Aaron Jay Kernis, who speaks softly but writes big, passionate, highly lyrical music that makes you sit up and take notice, has lived in New York City most of his life but has been an important presence in Twin Cities music for more than two decades.

Winner of the two biggest prizes in music — the Pulitzer and the Grawemeyer Award — the 54-yearold Kernis has held numerous positions here: new music advisor of the Minnesota Orchestra, composer-in residence with the St. Paul Chamber Orchestra and the American Composers Forum and, most recently, co-founder and director of the Minnesota Orchestra’s Composer Institute, without doubt the country’s most important post-college composer training program. (Kernis resigned from the Institute last October after Osmo Vänskä resigned as music director. The Institute’s future is uncertain.)

Audiences here have also heard a good deal of Kernis’s music, and this week they’re hearing the latest: a new Viola Concerto that is being premiered by the St. Paul Chamber orchestra with Paul Neubauer as soloist.

As revealed in the performance at the Ordway Center Thursday night, Kernis’s concerto is a large three-movement work with vividly contrasting colors and carefully worked-out structures that offers the viola — as well as the orchestra — ample technical challenges along with numerous opportunities to show off the instrument’s unique, dark sound. Passages of intense lyricism, especially in the movement marked “Romance,” approach a kind of ecstasy that is one of the hallmarks of Kernis’s music.

Other sections — much of the first movement - are more up-tempo and virtuosic and driven by pungent rhythms. Though tightly and cogently constructed, the concerto has the feeling of improvisation.

The long final movement is perhaps the most interesting of them and is probably the heart of the work. Titled “A Song My Mother Taught Me,” the movement draws on two sources: “Tumbalalaika,” a Yiddish folk song, and a melody from a set of piano pieces by Robert Schumann.

As the movement progresses, the Schumann number deconstructs, whereas the Yiddish tune goes the other way: assembling gradually over the course of 10 variations until we hear it in its entirety near the end. This could be called the “Lady in the Dark” motif. In that revered Broadway musical, we hear only fragments of Kurt Weill’s beguiling ballad “My Ship,” and not until the end do we hear the whole song. There’s something very satisfying psychologically about this device, whether we hear it in a Broadway show or in a concert hall. It suggests the achievement of some kind of psychic wholeness (which is what Weill’s heroine, Lisa Elliott, achieves) or maybe it simply means, a theme so common in art of all kinds, that we’re finally returning home.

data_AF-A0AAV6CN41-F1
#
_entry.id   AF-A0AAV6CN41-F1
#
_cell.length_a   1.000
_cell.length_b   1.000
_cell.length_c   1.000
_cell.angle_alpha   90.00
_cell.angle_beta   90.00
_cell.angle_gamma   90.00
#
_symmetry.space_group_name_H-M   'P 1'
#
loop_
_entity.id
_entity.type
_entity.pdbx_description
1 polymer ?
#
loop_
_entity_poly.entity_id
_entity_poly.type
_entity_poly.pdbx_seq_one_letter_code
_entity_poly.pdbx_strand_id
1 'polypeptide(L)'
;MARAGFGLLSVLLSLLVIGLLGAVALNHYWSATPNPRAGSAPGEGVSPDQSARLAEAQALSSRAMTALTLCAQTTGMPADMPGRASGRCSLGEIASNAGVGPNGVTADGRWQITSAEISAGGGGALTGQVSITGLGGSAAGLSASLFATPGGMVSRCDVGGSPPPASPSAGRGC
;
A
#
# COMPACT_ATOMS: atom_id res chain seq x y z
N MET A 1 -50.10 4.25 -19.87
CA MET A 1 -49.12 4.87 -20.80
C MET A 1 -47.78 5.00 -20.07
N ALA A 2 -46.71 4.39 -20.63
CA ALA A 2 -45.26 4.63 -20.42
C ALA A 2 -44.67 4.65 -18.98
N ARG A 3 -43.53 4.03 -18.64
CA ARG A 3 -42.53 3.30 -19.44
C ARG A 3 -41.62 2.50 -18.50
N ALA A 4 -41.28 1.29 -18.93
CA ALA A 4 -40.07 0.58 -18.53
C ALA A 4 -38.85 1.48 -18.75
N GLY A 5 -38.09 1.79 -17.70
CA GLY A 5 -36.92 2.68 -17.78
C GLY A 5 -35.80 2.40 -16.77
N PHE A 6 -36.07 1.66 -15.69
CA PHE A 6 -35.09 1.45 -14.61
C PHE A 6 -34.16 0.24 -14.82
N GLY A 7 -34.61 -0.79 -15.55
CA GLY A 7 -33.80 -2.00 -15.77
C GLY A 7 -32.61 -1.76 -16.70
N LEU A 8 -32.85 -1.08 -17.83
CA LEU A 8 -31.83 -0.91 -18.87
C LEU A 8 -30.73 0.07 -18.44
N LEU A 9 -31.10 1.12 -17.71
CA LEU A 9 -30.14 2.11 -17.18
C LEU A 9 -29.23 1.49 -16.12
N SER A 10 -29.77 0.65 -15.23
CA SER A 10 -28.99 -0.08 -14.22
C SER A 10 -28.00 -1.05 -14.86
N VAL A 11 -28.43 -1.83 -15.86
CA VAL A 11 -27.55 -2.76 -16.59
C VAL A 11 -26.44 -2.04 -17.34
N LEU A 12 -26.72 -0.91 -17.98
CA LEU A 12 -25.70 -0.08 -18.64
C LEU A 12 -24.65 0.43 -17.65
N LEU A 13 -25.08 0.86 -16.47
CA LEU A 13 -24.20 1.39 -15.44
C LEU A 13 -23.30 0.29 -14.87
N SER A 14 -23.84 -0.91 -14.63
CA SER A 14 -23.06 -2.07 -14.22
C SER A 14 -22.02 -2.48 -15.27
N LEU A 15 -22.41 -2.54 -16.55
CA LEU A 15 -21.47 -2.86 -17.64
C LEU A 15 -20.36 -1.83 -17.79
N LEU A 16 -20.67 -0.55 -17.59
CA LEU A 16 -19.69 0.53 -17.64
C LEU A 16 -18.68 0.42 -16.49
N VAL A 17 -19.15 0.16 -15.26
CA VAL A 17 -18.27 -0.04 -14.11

Neubauer was an immaculate soloist, playing throughout with rich, varied tone and nimble dexterity. Conductor Scott Yoo, substituting for an ailing Roberto Abbado, led a thoughtful, judiciously paced performance. Kernis has given the musical world something it needs: a viola concerto — and a good one. There aren’t many. Berlioz, who also gave us a good one, “Harold in Italy,” once said “Of all the instruments in the orchestra, the viola is the one whose excellent qualities have been longest ignored.”

For the rest of the evening, concertmaster Steven Copes served as conductor — or “leader” — in the Baroque manner, that is, conducting while playing violin. He’s good at this, as it turns out. Not every violinist is. And, of course, it’s easier to do double-duty with a chamber orchestra than with a symphony orchestra.

The repertoire, too, needs to be carefully chosen. The choices here were wise: Stravinsky’s neo-classic ballet “Apollon musagete” and Haydn’s Symphony No. 101, “The Clock.” Copes and his crew of string players — all, except cellos, standing while playing — easily captured the delicate charms of the Stravinsky, though leaving one with the impression that this music works better in the ballet theater than the concert hall. The Haydn, which closed the evening, was vigorous, amiable and smartly paced.

Michael Anthony writes about music.